Monday, January 16, 2012

Story – A Strategy for Generating Ideas

We know that stories make information come alive and are a great way to connect learners to new information and concepts.  Meaning and involvement become more personal for the learner when stories are involved. This is an example of how story was used during an advisory committee meeting as a way to generate ideas from members.  In this case advisory committee members were asked to individually create their own story.  This story would be rich in detail  and would depict someone in the community that would benefit from completing an associate degree in the Business Management program.  They were given five minutes to write their stories.  Each member shared their story while someone outlined the important details on an individual flip chart page.  Next, the group was paired up with an advisory committee member and a college representative.  The pairs reviewed the various pages and brainstormed ways to connect with the person in the story. Ideas were captured on post-it notes.  What resulted from this activity were new ideas and very rich information.  The advisory committee members reported enjoying the experience.

This example comes to us from Karen Barr, Beth Kost and Dianne Lazear.  October 2011

Creating a Story from a Picture

Story can be used in every phase of the learning cycle.  This is an example of how story is used in the “generalizing” phase. It comes to us from Sherry Nazer, a student in Dianne Lazear’s Business Management class.  Dianne was teaching a unit on ethics.  The students were asked to create a learning activity around the concepts they had been studying and then facilitate the activity in the class. If they created a game they needed to supply the answer key to the game. While studying this unit, Dianne displayed various ethical principles on posters around the classroom.  Sherry gave each student a different picture and asked them to create a story from the picture that pulled in one of the ethical principles. Dianne reported a high level of intense engagement as the students developed their stories which were then individually shared. The photos combined with the stories made the information come alive in a personal way. You can see how various aspects of the brain were engaged. The pictures evoked emotion and triggered memories.  Both the right and left sides of the brain were involved with the right brain looking for the big picture and meaning while the left brain fills in the details.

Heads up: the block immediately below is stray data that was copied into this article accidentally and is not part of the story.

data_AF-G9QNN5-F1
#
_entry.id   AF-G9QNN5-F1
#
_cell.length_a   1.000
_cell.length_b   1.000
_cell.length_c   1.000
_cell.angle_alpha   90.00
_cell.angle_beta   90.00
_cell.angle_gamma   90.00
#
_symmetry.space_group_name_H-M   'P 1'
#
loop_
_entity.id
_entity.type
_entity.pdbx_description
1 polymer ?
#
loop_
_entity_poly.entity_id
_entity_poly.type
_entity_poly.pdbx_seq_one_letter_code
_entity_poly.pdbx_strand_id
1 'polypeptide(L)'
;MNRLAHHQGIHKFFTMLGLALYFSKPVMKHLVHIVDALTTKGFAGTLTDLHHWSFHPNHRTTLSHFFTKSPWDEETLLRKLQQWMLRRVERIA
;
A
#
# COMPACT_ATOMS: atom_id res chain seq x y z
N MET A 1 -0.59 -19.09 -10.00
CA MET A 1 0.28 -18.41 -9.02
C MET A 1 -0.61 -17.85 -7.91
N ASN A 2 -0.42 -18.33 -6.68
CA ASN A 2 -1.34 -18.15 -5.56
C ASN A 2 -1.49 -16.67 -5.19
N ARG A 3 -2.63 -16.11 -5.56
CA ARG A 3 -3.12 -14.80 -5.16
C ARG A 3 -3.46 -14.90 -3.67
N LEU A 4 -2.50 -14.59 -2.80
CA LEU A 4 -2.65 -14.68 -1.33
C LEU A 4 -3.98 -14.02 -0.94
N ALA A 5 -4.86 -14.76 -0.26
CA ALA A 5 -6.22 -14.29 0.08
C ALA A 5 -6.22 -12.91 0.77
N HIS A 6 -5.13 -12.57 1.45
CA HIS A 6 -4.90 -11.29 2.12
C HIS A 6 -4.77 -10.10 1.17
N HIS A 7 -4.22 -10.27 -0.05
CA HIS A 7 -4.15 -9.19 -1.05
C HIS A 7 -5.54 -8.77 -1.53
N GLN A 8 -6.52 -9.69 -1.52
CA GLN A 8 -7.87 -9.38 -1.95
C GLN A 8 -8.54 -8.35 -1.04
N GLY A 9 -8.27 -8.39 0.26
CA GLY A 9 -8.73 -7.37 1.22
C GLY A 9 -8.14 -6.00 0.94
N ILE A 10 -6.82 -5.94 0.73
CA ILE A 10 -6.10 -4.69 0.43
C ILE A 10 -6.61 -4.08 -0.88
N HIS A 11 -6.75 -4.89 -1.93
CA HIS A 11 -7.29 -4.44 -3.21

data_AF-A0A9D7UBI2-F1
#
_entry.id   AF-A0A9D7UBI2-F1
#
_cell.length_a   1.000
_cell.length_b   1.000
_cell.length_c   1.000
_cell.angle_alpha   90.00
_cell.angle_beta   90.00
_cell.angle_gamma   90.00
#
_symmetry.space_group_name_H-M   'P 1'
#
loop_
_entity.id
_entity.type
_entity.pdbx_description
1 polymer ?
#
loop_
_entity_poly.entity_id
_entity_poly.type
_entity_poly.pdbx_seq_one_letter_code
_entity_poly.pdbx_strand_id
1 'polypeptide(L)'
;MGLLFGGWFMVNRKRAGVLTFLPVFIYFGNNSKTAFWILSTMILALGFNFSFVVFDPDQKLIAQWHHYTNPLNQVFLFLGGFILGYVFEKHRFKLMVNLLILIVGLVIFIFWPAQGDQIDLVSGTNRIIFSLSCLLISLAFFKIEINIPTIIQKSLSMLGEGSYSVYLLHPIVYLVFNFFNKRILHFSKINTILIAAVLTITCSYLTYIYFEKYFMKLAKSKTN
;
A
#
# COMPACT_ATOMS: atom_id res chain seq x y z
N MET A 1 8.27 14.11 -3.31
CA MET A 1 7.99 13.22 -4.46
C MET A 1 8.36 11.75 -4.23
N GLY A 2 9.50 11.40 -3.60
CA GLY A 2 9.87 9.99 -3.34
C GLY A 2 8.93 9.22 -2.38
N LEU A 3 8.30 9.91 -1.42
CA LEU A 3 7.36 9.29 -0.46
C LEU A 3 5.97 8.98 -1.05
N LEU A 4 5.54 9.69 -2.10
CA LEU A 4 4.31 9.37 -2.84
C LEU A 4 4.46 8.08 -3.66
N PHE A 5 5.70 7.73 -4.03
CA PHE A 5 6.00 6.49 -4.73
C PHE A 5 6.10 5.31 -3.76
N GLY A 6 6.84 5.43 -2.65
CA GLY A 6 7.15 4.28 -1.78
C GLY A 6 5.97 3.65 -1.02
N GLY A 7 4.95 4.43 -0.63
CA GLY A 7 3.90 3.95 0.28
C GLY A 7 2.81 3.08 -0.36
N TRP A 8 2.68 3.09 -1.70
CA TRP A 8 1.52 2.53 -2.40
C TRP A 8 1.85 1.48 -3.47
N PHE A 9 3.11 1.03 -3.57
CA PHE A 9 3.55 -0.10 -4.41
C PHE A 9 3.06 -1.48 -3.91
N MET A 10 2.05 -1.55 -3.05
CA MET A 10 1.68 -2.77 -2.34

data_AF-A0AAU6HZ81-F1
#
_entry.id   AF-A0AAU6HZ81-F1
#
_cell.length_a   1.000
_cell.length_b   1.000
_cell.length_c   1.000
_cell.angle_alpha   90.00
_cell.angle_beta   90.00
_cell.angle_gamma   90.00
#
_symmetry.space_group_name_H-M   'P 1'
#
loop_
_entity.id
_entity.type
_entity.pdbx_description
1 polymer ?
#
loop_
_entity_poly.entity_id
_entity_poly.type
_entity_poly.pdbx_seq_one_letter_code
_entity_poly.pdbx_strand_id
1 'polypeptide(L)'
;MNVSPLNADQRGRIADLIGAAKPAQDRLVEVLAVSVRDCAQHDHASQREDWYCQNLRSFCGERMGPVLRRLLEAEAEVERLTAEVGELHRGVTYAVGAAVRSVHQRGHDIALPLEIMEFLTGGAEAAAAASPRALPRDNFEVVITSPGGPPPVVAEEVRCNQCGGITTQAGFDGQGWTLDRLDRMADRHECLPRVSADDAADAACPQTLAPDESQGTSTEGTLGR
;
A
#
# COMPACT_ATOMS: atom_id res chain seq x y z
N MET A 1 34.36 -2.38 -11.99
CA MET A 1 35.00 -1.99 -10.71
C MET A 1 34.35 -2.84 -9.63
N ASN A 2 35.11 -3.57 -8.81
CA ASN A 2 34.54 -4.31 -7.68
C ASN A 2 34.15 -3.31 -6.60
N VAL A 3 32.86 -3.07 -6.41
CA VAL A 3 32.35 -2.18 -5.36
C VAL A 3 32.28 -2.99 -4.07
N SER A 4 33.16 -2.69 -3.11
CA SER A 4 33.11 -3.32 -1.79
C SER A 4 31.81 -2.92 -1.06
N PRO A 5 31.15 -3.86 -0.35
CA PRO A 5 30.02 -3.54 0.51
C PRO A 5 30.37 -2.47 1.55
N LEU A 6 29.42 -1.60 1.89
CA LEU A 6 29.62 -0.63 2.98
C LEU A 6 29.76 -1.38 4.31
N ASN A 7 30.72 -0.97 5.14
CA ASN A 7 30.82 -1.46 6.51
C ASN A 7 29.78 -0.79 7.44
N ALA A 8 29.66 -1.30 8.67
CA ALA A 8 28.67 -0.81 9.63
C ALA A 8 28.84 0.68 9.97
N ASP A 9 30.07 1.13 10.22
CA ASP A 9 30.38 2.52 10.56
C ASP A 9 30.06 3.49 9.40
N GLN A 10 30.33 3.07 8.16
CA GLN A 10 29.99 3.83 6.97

Teaching and Leadership

I reconnected recently to the field of leadership. I am taking a class on instructional design from Dee Fink and am reading his book "Creating Significant Learning Experiences: An Integrated Approach to Designing College Courses." When talking about teacher credibility, Fink draws from the work of Kouzes and Polzner and highlights these three characteristics: competence (knowledge of the subject), trustworthiness (have the best interest of the student at heart), and dynamism (excited about the subject).

This lead me to revisit the books that I have on leadership.  I plan to share a summary every so often.  Below is a summary from Frances Hesselbein's book. My life in leadership: The journey and lessons learned along the way.

There are several key take aways from this book, one is that leadership is done in the spirit of service. Another has to do with inclusion and the role the leader plays in helping people grow the mission in their hearts and minds so they can express it everyday in their work.  Hesselbein suggests that this is how you grow the organization of the future. She describes how she implemented what she calls circular management versus hierarchical command and control, in her role as the CEO of the Girl Scouts of America and now as the CEO of the Leader to Leader Institute. Hesselbein defines leadership this way. "Leadership is a matter of how to be, not how to do. You and I spend most of our lives learning how to do and teaching others how to do, yet it is the quality and character of the leader that determines performance, the results. Leadership is a matter of how to be, not how to do" (p.89).  She suggests that we use the power of saying no as a way to define ourselves and out organizations. Being true to our values and our personal and organizational mission requires saying no. It enhances the ethical performance of the leader and the organization. I love this quote from President Lincoln.

     I am not bound to win,
     But I am bound to be true.
     I am not bound to succeed,
     But I am bound to live
     Up to the light I have.